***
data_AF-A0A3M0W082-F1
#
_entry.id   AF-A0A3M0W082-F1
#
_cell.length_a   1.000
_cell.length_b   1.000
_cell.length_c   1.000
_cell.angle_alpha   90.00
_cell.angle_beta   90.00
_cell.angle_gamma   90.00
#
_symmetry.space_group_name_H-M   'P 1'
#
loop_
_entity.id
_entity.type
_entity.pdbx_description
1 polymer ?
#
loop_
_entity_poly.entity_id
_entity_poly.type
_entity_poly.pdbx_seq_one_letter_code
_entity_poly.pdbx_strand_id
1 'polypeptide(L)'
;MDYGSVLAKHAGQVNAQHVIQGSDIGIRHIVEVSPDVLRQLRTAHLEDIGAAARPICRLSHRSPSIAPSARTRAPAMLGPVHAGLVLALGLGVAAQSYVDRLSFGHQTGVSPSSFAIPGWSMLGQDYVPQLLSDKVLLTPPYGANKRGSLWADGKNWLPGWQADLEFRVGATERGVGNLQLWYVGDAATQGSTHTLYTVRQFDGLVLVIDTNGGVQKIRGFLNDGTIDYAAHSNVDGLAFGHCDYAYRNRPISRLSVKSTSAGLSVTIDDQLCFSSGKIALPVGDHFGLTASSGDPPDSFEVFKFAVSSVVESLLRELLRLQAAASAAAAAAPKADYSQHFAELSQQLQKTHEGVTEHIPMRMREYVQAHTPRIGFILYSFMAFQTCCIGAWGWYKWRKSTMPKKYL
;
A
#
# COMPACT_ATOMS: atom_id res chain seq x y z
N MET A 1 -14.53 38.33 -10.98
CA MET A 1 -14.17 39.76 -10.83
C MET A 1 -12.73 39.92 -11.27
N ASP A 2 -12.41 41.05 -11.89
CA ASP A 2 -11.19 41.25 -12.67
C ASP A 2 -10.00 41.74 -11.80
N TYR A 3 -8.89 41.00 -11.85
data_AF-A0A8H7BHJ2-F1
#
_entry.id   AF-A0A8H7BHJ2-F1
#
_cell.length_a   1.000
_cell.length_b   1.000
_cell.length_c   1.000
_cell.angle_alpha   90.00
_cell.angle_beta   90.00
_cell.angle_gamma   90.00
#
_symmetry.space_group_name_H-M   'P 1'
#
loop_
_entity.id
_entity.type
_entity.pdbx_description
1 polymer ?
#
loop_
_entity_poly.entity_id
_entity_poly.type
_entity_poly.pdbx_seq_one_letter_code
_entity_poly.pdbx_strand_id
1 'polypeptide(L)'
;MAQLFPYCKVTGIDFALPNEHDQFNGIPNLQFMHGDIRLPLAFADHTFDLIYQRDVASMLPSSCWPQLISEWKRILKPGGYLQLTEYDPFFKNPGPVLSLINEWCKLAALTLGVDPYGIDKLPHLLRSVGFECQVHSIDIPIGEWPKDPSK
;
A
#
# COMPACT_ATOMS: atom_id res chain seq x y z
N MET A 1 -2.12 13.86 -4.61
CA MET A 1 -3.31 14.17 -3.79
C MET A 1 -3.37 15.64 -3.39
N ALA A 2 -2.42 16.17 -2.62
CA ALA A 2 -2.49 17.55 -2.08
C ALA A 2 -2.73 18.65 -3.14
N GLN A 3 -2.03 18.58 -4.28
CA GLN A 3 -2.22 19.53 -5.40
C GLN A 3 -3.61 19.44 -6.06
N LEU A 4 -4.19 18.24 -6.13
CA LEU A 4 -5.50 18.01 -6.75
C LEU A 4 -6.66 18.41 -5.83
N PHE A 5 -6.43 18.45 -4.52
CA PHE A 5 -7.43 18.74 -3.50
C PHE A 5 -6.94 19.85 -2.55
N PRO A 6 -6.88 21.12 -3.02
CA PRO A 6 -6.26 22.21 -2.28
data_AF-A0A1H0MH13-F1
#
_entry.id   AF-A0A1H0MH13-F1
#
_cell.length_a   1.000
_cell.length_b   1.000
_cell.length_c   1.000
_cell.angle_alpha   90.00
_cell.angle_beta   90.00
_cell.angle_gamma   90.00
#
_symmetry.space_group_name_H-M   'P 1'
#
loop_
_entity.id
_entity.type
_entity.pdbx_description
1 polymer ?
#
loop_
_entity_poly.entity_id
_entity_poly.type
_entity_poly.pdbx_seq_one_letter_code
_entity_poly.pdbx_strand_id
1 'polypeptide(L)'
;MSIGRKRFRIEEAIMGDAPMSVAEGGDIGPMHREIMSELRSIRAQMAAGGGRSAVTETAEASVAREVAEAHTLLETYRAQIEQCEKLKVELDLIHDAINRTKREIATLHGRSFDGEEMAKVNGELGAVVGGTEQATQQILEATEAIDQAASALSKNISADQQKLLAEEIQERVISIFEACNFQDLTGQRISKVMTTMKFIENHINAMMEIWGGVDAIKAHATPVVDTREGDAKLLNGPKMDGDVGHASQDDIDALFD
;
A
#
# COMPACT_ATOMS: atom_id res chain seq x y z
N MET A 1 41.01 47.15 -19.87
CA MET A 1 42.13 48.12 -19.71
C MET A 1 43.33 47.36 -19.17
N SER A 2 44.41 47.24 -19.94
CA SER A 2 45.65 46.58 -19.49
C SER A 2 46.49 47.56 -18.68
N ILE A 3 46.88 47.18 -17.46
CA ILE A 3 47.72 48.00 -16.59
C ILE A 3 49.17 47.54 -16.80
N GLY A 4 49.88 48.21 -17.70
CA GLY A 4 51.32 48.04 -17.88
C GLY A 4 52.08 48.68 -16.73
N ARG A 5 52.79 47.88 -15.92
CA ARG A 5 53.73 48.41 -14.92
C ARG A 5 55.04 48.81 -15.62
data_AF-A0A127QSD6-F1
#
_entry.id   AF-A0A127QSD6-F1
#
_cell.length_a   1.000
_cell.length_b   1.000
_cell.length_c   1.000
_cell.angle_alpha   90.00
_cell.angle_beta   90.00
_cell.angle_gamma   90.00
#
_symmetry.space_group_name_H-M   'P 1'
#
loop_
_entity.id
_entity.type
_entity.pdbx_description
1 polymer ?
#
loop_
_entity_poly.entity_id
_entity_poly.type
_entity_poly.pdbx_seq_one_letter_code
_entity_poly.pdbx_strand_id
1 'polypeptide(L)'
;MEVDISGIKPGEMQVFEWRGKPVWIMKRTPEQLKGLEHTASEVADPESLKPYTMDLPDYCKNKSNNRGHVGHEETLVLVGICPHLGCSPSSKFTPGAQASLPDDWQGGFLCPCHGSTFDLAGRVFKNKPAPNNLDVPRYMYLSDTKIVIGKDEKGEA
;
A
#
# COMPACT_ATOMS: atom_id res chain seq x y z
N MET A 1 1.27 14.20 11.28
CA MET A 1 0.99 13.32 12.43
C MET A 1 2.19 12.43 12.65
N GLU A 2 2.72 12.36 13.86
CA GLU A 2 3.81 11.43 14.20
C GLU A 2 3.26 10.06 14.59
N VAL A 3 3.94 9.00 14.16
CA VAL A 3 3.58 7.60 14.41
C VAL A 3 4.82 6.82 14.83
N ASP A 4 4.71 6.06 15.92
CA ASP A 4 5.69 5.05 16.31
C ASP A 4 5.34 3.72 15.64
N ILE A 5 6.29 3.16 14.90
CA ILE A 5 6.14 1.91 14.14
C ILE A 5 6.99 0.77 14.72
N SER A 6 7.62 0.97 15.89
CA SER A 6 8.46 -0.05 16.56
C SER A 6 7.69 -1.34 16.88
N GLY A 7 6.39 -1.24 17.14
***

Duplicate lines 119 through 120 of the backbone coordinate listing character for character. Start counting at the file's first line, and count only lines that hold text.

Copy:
CA SER A 2 45.65 46.58 -19.49
C SER A 2 46.49 47.56 -18.68